As digital communication methods become more entrenched in professional society, even healthcare practitioners are learning to use them as a formal method of interaction. One U.S. company, for example, is now using digital technology to create live links between operating rooms and physicians to collaborate on procedures.
Why, then, does big pharma not apply design thinking to the digital environment to get in on the action and create a similar platform to facilitate collaborative problem-solving between pharmaceutical experts and medical providers? The outcome would almost certainly be improved sales, not only of the equipment and services required for digital interaction, but of the pharmaceutical products produced by the company.
“Where are the online discussion forums for pharmaceutical professionals?”
#3: Peer networking
Relationships are as important in the pharma industry as any other, and in order to enjoy the benefits it’s necessary for all parties to connect, network and develop a rapport. Where are the online discussion forums for pharmaceutical professionals? Where are the digital publications catering to the pharma industry, filled with news and information about the latest research? Or are we still working in the dark ages with printed publications and face-to-face conferences and events? Applying design thinking could build the virtual world necessary for professionals across the globe to meet others, exchange ideas and discuss possibilities in a secure environment without being exposed to public scrutiny.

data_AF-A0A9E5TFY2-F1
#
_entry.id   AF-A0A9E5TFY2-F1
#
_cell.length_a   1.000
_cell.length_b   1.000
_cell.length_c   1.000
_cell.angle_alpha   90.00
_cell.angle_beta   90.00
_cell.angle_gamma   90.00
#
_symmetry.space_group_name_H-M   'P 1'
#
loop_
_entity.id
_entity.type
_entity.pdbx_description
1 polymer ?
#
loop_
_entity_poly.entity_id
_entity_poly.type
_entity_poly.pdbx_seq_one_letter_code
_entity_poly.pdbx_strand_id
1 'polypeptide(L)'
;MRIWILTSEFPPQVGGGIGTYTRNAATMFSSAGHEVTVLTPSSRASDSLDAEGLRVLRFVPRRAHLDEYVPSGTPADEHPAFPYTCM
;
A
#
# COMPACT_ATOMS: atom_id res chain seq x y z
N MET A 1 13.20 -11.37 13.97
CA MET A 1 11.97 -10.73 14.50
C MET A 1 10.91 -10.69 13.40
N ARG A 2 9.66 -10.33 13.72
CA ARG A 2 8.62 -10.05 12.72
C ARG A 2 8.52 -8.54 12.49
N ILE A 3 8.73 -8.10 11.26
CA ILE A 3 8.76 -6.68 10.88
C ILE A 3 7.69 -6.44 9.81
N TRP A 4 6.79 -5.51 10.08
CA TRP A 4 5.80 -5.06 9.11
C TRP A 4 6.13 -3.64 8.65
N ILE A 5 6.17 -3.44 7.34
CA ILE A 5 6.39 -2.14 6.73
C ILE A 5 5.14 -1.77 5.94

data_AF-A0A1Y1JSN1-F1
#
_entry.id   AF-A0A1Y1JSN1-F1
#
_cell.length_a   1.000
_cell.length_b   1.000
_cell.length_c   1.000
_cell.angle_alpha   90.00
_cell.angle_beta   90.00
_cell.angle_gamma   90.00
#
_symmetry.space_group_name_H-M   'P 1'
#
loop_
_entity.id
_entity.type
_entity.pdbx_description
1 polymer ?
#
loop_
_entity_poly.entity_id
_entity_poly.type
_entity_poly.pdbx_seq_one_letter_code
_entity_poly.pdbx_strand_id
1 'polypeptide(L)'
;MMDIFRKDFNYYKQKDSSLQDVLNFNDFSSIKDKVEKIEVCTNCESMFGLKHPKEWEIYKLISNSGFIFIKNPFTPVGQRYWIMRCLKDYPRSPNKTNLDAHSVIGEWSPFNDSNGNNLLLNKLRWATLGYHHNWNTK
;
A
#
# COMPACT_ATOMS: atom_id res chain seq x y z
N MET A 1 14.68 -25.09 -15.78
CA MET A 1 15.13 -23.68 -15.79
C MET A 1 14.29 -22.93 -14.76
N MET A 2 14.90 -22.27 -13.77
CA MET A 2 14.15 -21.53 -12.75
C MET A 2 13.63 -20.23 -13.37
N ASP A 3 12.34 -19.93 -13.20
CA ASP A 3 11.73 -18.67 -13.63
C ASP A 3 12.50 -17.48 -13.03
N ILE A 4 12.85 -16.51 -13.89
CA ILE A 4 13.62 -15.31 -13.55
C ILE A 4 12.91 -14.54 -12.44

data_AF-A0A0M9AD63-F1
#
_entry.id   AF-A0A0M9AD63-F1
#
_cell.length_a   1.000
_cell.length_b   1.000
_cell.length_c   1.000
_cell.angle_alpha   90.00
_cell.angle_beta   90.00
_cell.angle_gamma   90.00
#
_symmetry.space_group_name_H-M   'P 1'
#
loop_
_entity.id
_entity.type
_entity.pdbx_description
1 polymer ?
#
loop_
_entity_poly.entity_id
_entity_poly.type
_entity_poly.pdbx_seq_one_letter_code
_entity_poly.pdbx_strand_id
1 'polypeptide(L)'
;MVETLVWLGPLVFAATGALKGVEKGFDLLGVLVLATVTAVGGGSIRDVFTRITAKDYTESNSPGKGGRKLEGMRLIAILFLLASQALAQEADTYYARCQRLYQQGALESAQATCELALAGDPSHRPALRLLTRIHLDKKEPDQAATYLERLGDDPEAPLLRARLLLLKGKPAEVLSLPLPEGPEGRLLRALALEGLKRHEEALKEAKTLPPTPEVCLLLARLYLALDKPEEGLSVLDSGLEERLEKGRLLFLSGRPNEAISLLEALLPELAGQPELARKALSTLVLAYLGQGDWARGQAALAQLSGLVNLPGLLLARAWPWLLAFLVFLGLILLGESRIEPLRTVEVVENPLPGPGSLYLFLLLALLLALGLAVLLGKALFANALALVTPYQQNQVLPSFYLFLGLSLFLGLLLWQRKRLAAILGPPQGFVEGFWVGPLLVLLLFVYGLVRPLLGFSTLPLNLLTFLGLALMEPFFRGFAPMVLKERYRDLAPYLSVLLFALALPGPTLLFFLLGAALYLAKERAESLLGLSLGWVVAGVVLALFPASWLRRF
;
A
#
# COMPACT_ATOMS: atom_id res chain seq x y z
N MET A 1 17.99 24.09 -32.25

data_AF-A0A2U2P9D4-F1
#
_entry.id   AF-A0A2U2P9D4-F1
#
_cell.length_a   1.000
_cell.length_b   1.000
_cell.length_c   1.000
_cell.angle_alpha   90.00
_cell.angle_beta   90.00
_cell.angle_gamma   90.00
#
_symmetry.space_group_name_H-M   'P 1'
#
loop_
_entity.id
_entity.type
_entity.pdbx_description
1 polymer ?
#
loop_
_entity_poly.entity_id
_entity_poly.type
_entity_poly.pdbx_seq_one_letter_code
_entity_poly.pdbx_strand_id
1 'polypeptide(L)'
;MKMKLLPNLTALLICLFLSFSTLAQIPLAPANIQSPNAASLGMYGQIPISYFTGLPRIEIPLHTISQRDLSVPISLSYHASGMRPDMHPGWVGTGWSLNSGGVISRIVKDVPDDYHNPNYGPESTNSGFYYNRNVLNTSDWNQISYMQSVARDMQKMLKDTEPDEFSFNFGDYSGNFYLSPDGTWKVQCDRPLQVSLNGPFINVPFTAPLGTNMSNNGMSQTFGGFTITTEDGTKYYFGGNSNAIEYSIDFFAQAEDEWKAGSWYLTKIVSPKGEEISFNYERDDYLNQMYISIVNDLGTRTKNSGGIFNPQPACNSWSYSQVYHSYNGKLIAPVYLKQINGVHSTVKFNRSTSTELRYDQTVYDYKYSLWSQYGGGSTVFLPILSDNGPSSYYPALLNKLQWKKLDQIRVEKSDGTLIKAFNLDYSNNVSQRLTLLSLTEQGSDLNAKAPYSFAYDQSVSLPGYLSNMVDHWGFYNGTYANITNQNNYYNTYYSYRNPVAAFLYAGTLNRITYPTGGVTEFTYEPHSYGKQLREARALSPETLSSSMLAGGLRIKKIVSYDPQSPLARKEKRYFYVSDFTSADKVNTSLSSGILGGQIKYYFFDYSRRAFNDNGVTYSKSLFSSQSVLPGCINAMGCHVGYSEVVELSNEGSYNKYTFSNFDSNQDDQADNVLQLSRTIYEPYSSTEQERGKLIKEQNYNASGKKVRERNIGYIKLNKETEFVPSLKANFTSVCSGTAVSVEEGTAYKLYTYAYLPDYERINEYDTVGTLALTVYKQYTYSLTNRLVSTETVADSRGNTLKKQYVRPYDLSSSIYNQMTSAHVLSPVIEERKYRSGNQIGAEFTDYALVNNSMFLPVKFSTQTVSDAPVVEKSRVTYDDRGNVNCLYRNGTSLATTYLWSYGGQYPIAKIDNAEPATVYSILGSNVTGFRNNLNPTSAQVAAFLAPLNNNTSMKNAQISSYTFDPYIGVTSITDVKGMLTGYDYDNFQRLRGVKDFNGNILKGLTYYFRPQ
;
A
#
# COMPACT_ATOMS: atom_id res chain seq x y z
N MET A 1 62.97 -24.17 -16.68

#4: Researching needs
Knowing what your clients needs are and getting feedback on performance is a critical issue for big pharma. Sure, there are double-blind studies conducted for every product created, but anecdotal feedback is just as useful, as is the “pie-in-the-sky-type wish list” information when it comes to knowing where to focus your R&D efforts. A solid digital strategy makes it possible to survey your readers and find out what they’re thinking, where their interests lie and what their needs are—and then compile the results into a usable format. Online review options and social media provide great ways to build up your user database, and you can source feedback on all sorts of issues ranging from perceived side effects to public concerns.
#5: Crowd sourcing